By JIM KEVLIN • Special to www.AllOTSEGO.com
CHERRY VALLEY – A high point for Richard Saba was the teen café, where up to 130 young people would gather at the old Cherry Valley High School to create art and play music.
“It expanded their cultural landscape,” said Saba, himself a noted artist, who has been involved in reinventing the 1913 former central school here since he helped co-found Cherry Valley Community Facilities Corp. for that purpose in 1992.
A number of the young café-goers became musicians and artists, a source of pride for Saba, currently CVCFC president.
First, the CVCFC attracted the Post Office, which has occupied the first floor of the main building, fronting on Genesee Street, for a quarter-century. Since, tenants and concepts have come and gone – today, town and village offices are located there, and exercise space in the old high school gym.
Soon, tenants age 62 and up will occupy 10 rent-subsidized units – four one-bedroom; six efficiencies – in the 1957 annex, renamed the Alden Park Apartments.
Rents range from $560 to $675, adjusted depending on an applicant’s income.
“They’re below market rate,” said Timothy Peters, executive director of Otsego Rural Housing Assistance (ORHA), the project’s developer since 2016.
What was old is now new, as the former classrooms – and, for a decade, the Little Lambs Daycare Center – have been smartly outfitted with up-to-date kitchens and bathrooms, wall-to-wall carpet and vertical blinds that open up on woodland views or fields and hills.
Everything’s bright, from the newly installed wood floors leading from the entry hall – yes, that blackboard dates back to school days – to the washers and dryers in the laundry room at the far end, Saba and Peters pointed out during a tour of the site the other day.
The old school also hosts the senior meal site: How convenient is that?
At the outset, the idea was championed by ORHA board secretary Susan Miller of Cherry Valley, and Tony Scalici, Tim’s predecessor, but many steps have been taken in the past five years.
Jim Jordan, the Richfield Springs architect, conducted a feasibility study, funded by a $19,000 New York State Main Street grant obtained by ORHA. (His dad, Myron A. Jordan, designed the annex, as well as Richfield Springs and Schenevus’ Andrew S. Draper central schools, and many others.)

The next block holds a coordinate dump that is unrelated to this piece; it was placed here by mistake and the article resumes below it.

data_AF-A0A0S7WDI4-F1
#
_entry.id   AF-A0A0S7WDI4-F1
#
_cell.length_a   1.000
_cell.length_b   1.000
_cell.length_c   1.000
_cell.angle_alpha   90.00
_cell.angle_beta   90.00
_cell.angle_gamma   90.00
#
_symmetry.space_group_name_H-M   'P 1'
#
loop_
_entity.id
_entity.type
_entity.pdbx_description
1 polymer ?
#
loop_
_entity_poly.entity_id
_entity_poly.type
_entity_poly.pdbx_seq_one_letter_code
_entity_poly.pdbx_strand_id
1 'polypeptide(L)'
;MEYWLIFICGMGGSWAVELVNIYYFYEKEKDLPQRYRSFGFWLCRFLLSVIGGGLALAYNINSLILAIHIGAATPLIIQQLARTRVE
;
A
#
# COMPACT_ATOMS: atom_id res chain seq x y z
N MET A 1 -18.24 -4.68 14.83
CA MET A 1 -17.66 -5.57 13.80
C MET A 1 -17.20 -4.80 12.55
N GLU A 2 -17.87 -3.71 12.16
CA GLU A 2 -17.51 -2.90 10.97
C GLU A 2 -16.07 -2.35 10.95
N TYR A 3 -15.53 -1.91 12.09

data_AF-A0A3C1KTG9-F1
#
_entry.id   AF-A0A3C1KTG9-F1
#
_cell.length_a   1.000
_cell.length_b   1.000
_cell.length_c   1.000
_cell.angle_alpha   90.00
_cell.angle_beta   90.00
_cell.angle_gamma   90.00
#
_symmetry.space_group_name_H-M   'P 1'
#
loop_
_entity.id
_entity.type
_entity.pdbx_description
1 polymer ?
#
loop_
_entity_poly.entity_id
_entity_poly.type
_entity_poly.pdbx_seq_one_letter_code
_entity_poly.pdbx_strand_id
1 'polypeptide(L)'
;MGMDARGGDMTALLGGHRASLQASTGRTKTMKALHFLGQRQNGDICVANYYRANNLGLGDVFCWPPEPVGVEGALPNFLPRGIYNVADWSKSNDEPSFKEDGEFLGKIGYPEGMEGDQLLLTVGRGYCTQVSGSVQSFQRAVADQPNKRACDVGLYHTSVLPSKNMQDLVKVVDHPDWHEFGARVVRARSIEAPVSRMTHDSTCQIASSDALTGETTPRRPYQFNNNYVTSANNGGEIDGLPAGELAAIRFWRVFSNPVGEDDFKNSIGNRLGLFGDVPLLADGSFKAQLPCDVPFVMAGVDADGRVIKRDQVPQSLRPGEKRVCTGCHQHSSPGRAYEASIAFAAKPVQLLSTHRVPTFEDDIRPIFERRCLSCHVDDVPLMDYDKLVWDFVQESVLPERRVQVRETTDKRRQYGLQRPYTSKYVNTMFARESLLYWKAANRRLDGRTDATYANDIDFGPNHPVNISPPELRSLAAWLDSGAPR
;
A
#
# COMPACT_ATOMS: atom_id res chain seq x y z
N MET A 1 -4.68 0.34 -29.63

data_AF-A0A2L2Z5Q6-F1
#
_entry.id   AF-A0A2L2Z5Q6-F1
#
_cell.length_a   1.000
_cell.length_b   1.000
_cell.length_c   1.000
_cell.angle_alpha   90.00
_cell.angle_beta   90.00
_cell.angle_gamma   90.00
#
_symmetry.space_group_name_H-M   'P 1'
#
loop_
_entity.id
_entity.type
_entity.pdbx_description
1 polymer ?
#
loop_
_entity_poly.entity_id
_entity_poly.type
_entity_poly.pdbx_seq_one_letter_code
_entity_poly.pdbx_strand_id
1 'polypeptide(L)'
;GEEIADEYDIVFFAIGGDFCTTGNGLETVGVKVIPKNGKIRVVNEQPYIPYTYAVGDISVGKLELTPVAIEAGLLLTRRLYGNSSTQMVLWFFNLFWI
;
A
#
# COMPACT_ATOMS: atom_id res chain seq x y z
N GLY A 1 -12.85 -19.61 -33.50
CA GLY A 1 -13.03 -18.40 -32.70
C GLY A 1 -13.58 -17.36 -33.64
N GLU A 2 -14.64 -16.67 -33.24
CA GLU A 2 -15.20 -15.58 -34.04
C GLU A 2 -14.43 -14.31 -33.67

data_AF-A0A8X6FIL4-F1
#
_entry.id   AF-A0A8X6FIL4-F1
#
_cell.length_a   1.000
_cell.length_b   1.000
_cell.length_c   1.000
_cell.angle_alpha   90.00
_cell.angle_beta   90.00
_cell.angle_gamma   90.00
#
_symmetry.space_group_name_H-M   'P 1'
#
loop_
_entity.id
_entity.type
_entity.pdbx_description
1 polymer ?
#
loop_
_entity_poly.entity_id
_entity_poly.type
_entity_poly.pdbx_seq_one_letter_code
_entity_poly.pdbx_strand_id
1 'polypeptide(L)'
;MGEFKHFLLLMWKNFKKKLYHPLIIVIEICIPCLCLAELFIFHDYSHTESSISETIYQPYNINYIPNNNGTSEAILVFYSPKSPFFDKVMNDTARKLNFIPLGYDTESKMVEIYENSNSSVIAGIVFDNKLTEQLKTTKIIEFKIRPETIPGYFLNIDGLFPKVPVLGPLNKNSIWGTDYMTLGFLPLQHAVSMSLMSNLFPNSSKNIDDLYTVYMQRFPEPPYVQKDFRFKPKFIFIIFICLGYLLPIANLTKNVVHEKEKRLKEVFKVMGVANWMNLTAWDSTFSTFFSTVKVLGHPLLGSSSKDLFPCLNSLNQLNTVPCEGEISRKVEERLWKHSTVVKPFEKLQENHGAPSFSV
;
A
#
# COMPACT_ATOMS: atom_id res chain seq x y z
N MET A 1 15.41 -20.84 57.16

The breakthrough was a construction grant – $1,483,102 (Peters knows the number by heart) – from the state’s Small Rental Development Initiative, with retired state Sen. Jim Seward’s support.
Murnane Construction’s Utica office began construction about a year ago, “and they’ve done a great job overall,” said Peters, “even in the pandemic.”
With local hires, too, including Mike Domion of Richfield Springs, the lead carpenter.
Because of the government grants, Tim can tell a few horror stories. One regulation required ORHA to map every propane tank within five miles.
Since the annex is more than 50 years old, it fell under SHPO, the state Historic Preservation Office, which prohibited the main hallway from being narrowed to allow larger apartments, or the windows to be reduced in size.
The housing also falls under the U.S. Fair Housing Act, which requires ORHA to advertise in Hispanic and black publications in Utica and Syracuse, to ensure minority communities are aware of the project.
Applications – now available at otsegoruralhousing.org and onsite in the town and village offices – will be reviewed, first come, first serve, so Peters encourages local people interested in the housing to submit applications now.
The rehab, it must seem to Richard Saba, is never done.
The upper floors of the main building – ideal for market-rate apartments – would require an elevator that opens as both ends to provide handicapped access, an obstacle not yet overcome.
And he fondly remembers an early project: a collaboration with CV-S School Superintendent Mike Marcelli and ONC BOCES Superintendent John Mills to install a regional School for the Arts in the 1913 Arts & Crafts style front building – “a fine example,” said Historic Preservationist Jessie Ravage.
He remembers outlining the project at the state Education Department in Albany. “They love the idea,” he said, and offered $1.6 million to make the idea happen.
“Then Pataki was elected,” Saba said, “and he froze all BOCES funding.”
Like Sisyphus, Saba will continue to push this boulder uphill.